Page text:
Canada GDP Essentially Unchanged in May

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By Robb M. Stewart

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OTTAWA–Canadian economic output was steady in May from the previous month, as growth in services-producing industries was offset by a decline in goods-producing industries.

Early estimates point to the economy picking up modestly in June.

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The country’s gross domestic product, a broad measure of the goods and services produced across the economy, was unchanged month-over-month in May at 2.054 trillion Canadian dollars, the equivalent of $1.605 trillion, Statistics Canada said Friday. The monthly outcome beat market expectations for a decline of 0.2%, according to economists at TD Securities.

The data agency said early indicators suggest GDP in June increased 0.1% month-over-month.

Write to Robb M. Stewart at [email protected]

By Robb M. Stewart

OTTAWA–Canadian economic output was steady in May from the previous month, as growth in services-producing industries was offset by a decline in goods-producing industries.

Early estimates point to the economy picking up modestly in June, suggesting the economy strengthened in the second quarter.

The country’s gross domestic product, a broad measure of the goods and services produced across the economy, was unchanged month-over-month in May at 2.054 trillion Canadian dollars, the equivalent of $1.605 trillion, Statistics Canada said Friday. GDP expanded 0.3% in April. The result for May beat market expectations for a decline of 0.2%, according to economists at TD Securities.

The data agency said early indicators suggest GDP in June increased 0.1%. Statistics Canada said advance information suggests output was up in the construction, manufacturing and accommodation and food services sectors, countering declines in sectors including mining, oil and gas extraction and finance and insurance in June.

Based on June’s estimate, economists at Statistics Canada forecast GDP rose at an annualized 4.6% in the second quarter, picking up pace from the first three months of the year.

Canada has outperformed relative to the US, which saw its economy fall at an inflation and seasonally adjusted annual rate of 0.9% in the second quarter, a second quarterly contraction in a row, as businesses trimmed inventories, the housing market was hit by rising interest rates and high inflation dented consumer spending. The latest report from the US Commerce Department indicated the economy met a commonly used definition of recession–two straight quarters of declining economic output.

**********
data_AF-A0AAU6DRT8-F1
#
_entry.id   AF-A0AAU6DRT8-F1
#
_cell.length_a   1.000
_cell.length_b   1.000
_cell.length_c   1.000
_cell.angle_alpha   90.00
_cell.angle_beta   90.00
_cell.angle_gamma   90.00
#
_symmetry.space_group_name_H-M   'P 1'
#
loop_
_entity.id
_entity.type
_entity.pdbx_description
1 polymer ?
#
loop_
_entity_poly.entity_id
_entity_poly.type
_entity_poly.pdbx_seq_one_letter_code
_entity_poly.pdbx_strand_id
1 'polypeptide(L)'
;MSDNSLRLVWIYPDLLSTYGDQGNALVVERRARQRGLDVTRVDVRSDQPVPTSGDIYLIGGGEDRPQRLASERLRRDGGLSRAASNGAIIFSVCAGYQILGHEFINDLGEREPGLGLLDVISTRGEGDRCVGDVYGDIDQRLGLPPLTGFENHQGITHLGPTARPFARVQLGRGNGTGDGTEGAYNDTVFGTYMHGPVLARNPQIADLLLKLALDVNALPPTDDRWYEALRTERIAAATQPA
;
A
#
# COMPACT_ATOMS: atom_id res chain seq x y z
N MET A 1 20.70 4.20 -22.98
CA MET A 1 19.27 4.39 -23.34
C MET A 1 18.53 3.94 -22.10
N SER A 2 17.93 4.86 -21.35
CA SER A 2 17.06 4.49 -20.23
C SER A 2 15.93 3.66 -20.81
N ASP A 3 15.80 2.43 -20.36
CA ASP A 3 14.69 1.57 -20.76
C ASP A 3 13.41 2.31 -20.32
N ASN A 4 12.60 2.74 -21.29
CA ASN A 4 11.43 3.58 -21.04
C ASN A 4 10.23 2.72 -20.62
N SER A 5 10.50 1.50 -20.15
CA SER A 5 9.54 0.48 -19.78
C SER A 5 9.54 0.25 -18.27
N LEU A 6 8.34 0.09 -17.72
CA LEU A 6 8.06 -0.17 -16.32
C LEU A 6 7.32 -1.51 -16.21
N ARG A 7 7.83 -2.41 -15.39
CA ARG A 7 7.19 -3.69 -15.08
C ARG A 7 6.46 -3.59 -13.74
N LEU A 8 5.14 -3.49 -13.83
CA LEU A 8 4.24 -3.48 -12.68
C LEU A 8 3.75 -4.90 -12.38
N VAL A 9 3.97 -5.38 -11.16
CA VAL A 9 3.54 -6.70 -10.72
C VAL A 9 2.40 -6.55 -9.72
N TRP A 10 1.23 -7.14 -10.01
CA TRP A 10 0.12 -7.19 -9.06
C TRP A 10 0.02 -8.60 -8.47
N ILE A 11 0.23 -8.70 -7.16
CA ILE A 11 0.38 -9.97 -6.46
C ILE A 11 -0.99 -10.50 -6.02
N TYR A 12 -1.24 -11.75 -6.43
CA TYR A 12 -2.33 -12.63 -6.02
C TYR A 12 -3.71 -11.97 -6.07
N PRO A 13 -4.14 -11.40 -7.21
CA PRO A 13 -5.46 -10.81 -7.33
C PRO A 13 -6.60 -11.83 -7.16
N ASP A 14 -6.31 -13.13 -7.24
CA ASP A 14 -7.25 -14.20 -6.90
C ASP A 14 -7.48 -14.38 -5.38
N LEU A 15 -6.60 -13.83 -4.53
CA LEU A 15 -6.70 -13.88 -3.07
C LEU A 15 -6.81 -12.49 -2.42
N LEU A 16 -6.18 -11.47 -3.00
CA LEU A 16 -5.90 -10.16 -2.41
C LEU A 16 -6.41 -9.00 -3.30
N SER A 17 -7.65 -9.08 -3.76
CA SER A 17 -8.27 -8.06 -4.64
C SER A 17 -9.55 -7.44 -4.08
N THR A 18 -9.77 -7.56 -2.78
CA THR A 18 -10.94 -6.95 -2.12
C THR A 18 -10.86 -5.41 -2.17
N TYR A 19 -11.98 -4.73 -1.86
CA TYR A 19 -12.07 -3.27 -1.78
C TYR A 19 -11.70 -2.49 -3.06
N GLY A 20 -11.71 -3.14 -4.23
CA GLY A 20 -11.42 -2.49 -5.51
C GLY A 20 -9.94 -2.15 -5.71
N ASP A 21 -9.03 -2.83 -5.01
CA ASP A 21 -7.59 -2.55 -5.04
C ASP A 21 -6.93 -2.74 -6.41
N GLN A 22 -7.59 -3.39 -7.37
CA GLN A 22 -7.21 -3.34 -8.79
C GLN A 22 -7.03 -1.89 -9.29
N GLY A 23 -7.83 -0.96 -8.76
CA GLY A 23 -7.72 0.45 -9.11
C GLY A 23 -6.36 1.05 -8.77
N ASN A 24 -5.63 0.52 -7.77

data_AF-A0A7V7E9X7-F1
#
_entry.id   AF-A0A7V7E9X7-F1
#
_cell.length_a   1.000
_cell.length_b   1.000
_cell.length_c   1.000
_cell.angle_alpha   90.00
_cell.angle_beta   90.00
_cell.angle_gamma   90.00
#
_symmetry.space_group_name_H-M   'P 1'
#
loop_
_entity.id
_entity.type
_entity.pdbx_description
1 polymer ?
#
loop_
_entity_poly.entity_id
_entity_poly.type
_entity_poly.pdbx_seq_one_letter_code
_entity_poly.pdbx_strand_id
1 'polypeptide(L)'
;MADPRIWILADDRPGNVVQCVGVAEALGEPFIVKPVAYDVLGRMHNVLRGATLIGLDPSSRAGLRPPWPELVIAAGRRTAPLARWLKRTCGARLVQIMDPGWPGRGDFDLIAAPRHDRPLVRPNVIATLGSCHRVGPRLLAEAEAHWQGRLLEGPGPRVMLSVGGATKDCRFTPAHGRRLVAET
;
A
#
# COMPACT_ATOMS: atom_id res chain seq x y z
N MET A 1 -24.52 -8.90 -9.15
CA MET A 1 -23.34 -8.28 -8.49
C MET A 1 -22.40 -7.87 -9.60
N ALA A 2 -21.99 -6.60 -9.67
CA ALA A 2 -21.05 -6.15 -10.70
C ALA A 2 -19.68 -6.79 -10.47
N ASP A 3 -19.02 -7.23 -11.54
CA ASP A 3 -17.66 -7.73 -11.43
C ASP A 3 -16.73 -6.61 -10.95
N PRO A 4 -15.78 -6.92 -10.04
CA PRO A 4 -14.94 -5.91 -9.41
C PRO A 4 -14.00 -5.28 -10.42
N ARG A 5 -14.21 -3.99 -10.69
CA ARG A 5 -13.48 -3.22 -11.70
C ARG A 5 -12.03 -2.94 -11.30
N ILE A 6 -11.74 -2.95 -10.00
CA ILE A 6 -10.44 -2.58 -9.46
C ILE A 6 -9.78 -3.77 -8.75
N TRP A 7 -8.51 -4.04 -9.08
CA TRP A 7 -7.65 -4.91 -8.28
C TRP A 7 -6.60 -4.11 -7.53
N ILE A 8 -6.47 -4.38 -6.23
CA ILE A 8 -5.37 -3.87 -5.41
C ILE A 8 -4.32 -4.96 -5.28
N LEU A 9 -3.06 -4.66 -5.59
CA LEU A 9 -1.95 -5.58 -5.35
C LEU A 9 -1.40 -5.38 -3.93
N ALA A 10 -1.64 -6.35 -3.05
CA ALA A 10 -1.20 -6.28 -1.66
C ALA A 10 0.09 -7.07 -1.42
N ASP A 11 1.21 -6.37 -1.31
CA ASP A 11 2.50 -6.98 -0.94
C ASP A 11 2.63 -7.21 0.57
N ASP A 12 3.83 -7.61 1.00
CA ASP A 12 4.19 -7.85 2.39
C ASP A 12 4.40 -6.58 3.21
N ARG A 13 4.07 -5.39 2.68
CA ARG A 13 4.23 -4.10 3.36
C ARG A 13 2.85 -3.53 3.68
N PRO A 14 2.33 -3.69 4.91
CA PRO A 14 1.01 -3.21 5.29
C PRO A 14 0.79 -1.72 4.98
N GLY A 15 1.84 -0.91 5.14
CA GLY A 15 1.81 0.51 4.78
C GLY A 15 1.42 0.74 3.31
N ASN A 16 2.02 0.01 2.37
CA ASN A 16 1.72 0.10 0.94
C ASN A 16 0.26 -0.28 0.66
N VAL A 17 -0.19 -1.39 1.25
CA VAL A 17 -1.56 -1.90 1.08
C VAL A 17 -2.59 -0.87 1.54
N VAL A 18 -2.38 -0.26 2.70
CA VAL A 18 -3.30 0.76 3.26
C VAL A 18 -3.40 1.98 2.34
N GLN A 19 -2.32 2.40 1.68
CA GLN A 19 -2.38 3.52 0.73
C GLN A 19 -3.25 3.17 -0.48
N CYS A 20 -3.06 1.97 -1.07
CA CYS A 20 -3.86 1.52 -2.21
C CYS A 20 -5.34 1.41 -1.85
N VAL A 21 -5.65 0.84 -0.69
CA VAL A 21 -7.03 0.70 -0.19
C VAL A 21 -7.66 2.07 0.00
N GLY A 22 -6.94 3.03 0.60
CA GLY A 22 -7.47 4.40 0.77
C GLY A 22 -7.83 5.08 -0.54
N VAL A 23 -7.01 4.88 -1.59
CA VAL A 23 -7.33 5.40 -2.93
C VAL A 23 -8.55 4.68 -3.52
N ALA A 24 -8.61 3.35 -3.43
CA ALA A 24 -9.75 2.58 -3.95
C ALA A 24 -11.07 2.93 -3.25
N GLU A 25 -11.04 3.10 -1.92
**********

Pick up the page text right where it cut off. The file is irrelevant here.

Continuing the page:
The Bank of Canada in its latest monetary policy report released earlier this month scaled back projections for the domestic economy, which it said is overheated, with tight labor markets and consumer inflation at a 40-year high. It said it expects that with global growth moderating and higher interest rates dampening domestic spending, growth in Canada will slow from an anticipated 3.5% this year to 1.75% in 2023 and 2.5% in 2024. Following several strong quarters, it estimates GDP growth will slow from about 4% in the second quarter to 2% in the third.

Canada’s central bank, which has a mandate to set policy to achieve and maintain 2% inflation, this month surprised markets with a full-percentage-point increase to its policy rate, lifting the target for the overnight rate to 2.5% in the biggest single hike since 1998. That followed increases of a half-percentage point in April and June.

Inflation in Canada accelerated in June, with prices rising at their fastest pace since January 1983. The annual inflation rate hit 8.1% for the month, after a gain of 7.7% in May, driven by surging prices at the gas pump. The Bank of Canada has said it expects headline inflation to be about 8% for the next few months.

Statistics Canada’s GDP report showed that the transportation and warehousing sector rose 1.9% in May from the month before, the first time since the data agency began publishing the statistics in 1997 that the sector increased at such a rate or higher for four consecutive months. The monthly advance was driven a rise in riders on urban transit systems as many workers continued returning to in-person work, as well higher rail movement of forestry products, metals and minerals and grains.

The wholesale trade sector rose 2.7% in May, a fourth monthly increase in a row, with food product wholesaling activity and an increase in farm, lawn and garden machinery and equipment wholesaling helping lift output.

Durable goods manufacturing dropped 1.7% month-over-month in May, the first decline since last September, in part as the ongoing semi-conductor chip shortage crimped output of motor vehicles and motor-vehicle parts. The construction sector contracted for a second month running, falling 1.6% in May, and mining, quarrying and oil and gas extraction slipped 0.1% in May after growth for three consecutive months.

Data covering second-quarter GDP is scheduled for release on July 29. Canadian economic activity cooled in the first quarter as a decline in trade volumes offset robust advances in household purchases, residential real estate and business investment, with GDP increasing at a 3.1% annualized rate for the quarter after 6.6% annualized growth the quarter before.

Write to Robb M. Stewart at [email protected]

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Credit: www.marketwatch.com /

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